Saturday, January 7, 2012

Autism Pirate…the story behind the photo

It is a look I will never forget. It was spring. My friend Barbie and I decided to take our boys to the fabulous St. Louis Zoo. In our world the zoo is not always the best place to go, but we planned ahead and we were up for it. The day began like any trip to the zoo does by struggling to find parking. I of course was unwilling to pay ten dollars to park in the zoo lot so we found parking in front of the fountain by the World’s Fair Pavilion. As soon as we got out of the van, Rye starts begging me to get into the fountain. I immediately say no way and begin predicting the exact schedule and expectations for the day. “Please mom please I have to get that sword” I brush it off as typical Rye silliness and tell him there is NOT a sword in the fountain. For those of you who don’t know Rye, he is obsessed with swords. He will make a sword out of anything. “Mom I promise, please!” It takes a while but we finally make our way into the zoo.

We have a GREAT day at the zoo. All the boys are pretty well behaved so we stay all day. By the end of the day we are tired and really hot. Since we had such a great day I decided to let the boys stop at the gift shop on the way out of the zoo. Wyatt quickly picks a stuffed animal to add to his ridiculous collection. I’m encouraging Rye to pick something and he says “No mom I don’t want anything I want the sword from the fountain.” I tell him that there is not a sword in the fountain and he should pick something. He refuses so we leave. We begin walking to the van. As we are approaching the fountain and I can sense that actually getting into the van before dealing with the fountain issue is not going to be easy. 

As we approach the fountain we see several families playing on the “stairs” of the fountain. Barbie and I decide, okay fine you can play in the fountain but only on the stairs where the other children are playing. The boys are thrilled they are climbing and splashing and I have to admit it felt great after a long hot day at the zoo. After twenty minutes or so I begin predicting that it is going to be time to leave soon. The countdown begins. “Mom please I have to swim out there, I have to get the sword.” Then he says it. “Mom believe in me mom, I can do it.” Seriously are you kidding me! If there is one thing that a child with autism can say to a parent that will get them to do anything, that is it. I’m tired, hot and so ready to leave. “Fine Rye, just do it”. He practically dives into the front pool of the fountain and starts swimming, and continues swimming like twenty feet. The other parents around are beginning to give me “the look.” You know the one. Are you seriously going to let him do that? I ignore them as usual because they have no idea what I’m dealing with at this point. I am praying that when Rye gets to the middle of this fountain and he doesn’t find a sword that he won’t have a meltdown.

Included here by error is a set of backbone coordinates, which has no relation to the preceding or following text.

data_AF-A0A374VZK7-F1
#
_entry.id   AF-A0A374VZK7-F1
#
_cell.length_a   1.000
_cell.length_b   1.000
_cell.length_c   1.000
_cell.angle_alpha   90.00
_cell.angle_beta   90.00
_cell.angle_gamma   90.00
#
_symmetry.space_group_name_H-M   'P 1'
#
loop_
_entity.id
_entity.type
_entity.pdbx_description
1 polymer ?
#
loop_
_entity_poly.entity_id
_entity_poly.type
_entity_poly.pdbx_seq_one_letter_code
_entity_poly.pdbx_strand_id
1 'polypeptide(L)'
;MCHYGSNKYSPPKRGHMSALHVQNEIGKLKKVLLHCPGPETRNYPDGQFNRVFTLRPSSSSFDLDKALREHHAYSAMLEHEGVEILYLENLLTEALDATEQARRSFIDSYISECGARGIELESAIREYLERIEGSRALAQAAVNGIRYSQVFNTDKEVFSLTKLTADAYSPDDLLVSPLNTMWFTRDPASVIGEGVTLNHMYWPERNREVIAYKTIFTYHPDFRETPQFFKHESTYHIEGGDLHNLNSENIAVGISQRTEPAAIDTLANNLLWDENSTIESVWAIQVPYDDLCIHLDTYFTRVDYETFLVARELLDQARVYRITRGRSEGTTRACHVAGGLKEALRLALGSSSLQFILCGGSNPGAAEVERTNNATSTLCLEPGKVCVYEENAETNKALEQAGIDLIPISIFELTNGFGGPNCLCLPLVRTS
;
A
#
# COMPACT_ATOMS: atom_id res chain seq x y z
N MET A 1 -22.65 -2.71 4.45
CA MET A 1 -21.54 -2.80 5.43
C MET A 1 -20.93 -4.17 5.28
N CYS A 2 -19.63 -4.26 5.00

For those of you not familiar the fountain it has steps behind a giant pool that is about the size of a large basketball court. I am allowing Rye to swim to the middle of this fountain which I am pretty sure is not allowed and could possibly get me arrested. I’m not worried about safety, Rye is a fish, a fantastic swimmer. He can do all four strokes and has taken lessons for years but he is clearly in an area he should not be in.

I watch him swim for what seems like an hour and praying that this all ends well. Before I know it he is in the middle of the pool. He jumps up and throws his hand into the air like a true Musketeer with a look of accomplishment I will NEVER forget. He yells “I told you mom!”

In his hand is a stick that looks like a sword that it is a least two and half feet long. There it was the sword in the fountain. I am shocked. The look of accomplishment on my boy that day is one I will never forget. He was truly happy. He swam back to the stairs, proudly showed me his sword, climbed to the top of the stairs and I took his picture. The Autism Pirate photo. I was so proud. Then I told him to hurry up and get in the car before the police arrested us both!

When it comes to parenting a child on the spectrum, trust your gut and trust your kid. Don’t let anybody judge you. If you think it is something that needs to happen, you are probably right. Believe in your child, sometimes they do know what is best. 



  1. Tara, as soon as I say that picture of Rye I knew it was that day at the zoo. I remember that day like it was yesterday and the dread we both felt knowing we would have to walk by that fountain to get to the van, but it actually turned out great. I didn't know that Rye told you to "trust himthat "he could do it". I know how proud you must have felt when he got that stick! We miss you guys and hope we can do something together soon.

  2. We miss you too! We have to be better about getting together. Yes he kept telling me to trust him in his best Luke Skywalker voice! He is big on "trust" you know. Trust the force... lol!! Thanks Barbie!!

  3. Awesome story!!! Love it!!!